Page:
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Dernière mise à jour : Mai 2018

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Automating the production of animal health decision support software based on realistic epidemiological models

Principe du projet ATOM — À partir de l’expérience acquise sur la production d’OAD ad hoc à partir de modèles académiques, le projet ATOM vise à développer la chaîne logicielle visant à automatiser la transformation de tels modèles en OAD opérationnels, à finaliser pour leur usage professionnel.
Mechanistic epidemiological models, such as those developed in the BIOEPAR Unit, allow for a detailed understanding and prediction of the spread of pathogens, as well as the evaluation and comparison of control scenarios. Making these models usable independently by animal health managers can support public policies or improve collective health management in animal husbandry. This implies transforming them into decision support tools, which usually requires significant ad-hoc software development. The ATOM prematurity project, financed by INRAE's Partnership and Transfer for Innovation Department, consists of developing a software chain that automatically transforms academic epidemiological models into decision-making tools that can be used independently and adapted to specific needs. This innovative initiative, combining artificial intelligence and software engineering methods, aims to facilitate the transfer of results from academic research in animal health to the field. The use of the tools produced will also make it possible to base decision-making on the scale of the farm, the sector or the territory.

Context :

Mechanistic models play a major role in understanding, predicting and controlling the spread of pathogens: they allow the representation of hypotheses and processes with a high level of realism, and the comparison of a large number of scenarios, including the evaluation of control measures not yet implemented in the field. The development in the BIOEPAR unit of an open source epidemiological modelling software, EMULSION, which uses artificial intelligence (AI) methods, facilitates the writing, validation and reuse of such models. However, in order to explore the behaviour of the system, the parameterisation and outputs of academic models are more numerous and diversified than for targeted use in the field. Moving from the academic model to a decision support tool (DST) that can be manipulated autonomously by non-modellers to manage concrete health situations remains a step that requires significant software development. The ATOM project aims to automate this process by combining AI and software engineering methods.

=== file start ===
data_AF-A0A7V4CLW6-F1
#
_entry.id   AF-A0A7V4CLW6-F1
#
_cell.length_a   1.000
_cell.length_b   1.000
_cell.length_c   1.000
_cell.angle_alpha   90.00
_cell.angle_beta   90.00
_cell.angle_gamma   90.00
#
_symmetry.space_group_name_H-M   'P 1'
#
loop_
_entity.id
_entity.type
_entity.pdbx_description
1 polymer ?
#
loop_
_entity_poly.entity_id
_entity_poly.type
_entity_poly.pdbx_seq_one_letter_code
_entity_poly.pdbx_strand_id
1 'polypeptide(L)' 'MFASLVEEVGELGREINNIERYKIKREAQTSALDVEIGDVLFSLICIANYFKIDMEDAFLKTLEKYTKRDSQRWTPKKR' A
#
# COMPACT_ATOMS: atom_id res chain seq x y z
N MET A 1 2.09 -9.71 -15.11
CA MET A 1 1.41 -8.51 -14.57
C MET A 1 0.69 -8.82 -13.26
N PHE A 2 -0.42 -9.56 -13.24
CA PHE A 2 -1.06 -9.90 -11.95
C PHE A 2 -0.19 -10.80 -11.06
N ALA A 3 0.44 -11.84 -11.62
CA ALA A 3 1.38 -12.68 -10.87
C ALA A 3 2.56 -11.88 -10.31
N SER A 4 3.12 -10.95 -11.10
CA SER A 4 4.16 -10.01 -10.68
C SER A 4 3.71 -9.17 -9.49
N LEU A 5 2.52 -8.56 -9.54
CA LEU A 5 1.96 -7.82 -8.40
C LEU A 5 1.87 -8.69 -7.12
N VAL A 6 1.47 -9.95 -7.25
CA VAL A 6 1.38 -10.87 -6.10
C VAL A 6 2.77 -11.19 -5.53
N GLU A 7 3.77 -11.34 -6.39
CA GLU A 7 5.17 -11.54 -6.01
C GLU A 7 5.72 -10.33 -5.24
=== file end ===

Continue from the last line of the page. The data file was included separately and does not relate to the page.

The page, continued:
Results :

This project (coordinated by S. Picault and P. Ezanno) started in February 2020 for 18 months. The engineer in charge of developing the necessary software chain, G. Niang, has already produced a first prototype of a web tool capable of interacting with EMULSION to control the parameterisation of a model, run simulations of various scenarios, and present the results in graphic form.

It is developing a dedicated language (DSL) that allows a DAT designer to specify the characteristics of the tool he wishes to produce from an EMULSION model of interest: free parameters, a set of parameters reflecting animal husbandry practices or control methods to be explored, scenarios to be compared (without disease, with disease without control, with vaccination or change of practice, etc.) and graphs summarising the results. This information will make it possible to automatically produce operational web pages constituting a DMO "skeleton", which can then be adapted according to the intended professional use.

This project is supported by site synergies between Oniris and IMT Atlantique, via the EpiSoft project (beginning of 2021) which will explore the implementation of software engineering methods (M. Tisi, IMT Atlantique) to facilitate and make reliable the development of epidemiological models in the EMULSION and ATOM modelling languages

 

Perspectives :

Accelerating the transition from realistic academic models to DMOs that can be used by animal health managers (farmers, veterinarians, technicians, animal husbandry consultants, etc.) will promote the transfer of knowledge from modelling research teams to the professional sectors and inform public decision-making.

Furthermore, the open nature of the methods developed (open source software; models that are readable in their structure, hypotheses and parameterisation; explicit description of the structure of the generated DMO) will ensure the transparency of the modelling process and open up the conclusions that can be drawn from it to discussion.

Finally, the research synergies developed during this project will make it possible to develop innovative computer methods that will find applications in many fields of modelling beyond the sole framework of epidemiology.

ATOM

Principle of the ATOM project - Based on the experience gained in the production of ad hoc DMOs from academic models, the ATOM project aims to develop the software chain to automate the transformation of such models into operational DMOs, to be finalised for their professional use.